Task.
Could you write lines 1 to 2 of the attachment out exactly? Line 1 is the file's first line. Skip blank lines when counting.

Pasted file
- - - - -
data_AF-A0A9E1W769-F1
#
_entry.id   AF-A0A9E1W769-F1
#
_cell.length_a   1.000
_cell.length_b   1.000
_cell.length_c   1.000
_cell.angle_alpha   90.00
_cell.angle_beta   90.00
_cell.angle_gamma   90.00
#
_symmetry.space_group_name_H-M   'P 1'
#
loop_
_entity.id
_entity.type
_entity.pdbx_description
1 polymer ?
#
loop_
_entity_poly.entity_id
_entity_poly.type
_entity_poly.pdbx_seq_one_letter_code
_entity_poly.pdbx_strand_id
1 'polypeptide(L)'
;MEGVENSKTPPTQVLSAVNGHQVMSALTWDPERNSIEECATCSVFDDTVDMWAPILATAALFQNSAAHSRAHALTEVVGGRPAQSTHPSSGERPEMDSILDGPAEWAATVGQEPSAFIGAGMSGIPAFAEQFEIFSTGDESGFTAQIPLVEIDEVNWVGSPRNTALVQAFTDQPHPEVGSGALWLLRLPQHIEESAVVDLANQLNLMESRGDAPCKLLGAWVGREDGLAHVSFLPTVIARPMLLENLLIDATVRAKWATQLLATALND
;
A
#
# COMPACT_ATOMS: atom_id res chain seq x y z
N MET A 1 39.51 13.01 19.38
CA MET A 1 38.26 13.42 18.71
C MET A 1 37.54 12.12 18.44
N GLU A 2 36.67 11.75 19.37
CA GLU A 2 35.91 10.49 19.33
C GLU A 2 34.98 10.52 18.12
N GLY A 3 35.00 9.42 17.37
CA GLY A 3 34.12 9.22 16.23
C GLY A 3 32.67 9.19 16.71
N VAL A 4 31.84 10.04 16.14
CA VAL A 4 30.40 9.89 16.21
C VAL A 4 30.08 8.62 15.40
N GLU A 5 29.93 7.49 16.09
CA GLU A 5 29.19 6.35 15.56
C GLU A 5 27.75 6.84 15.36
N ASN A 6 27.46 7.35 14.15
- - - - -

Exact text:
data_AF-A0A9E1W769-F1
#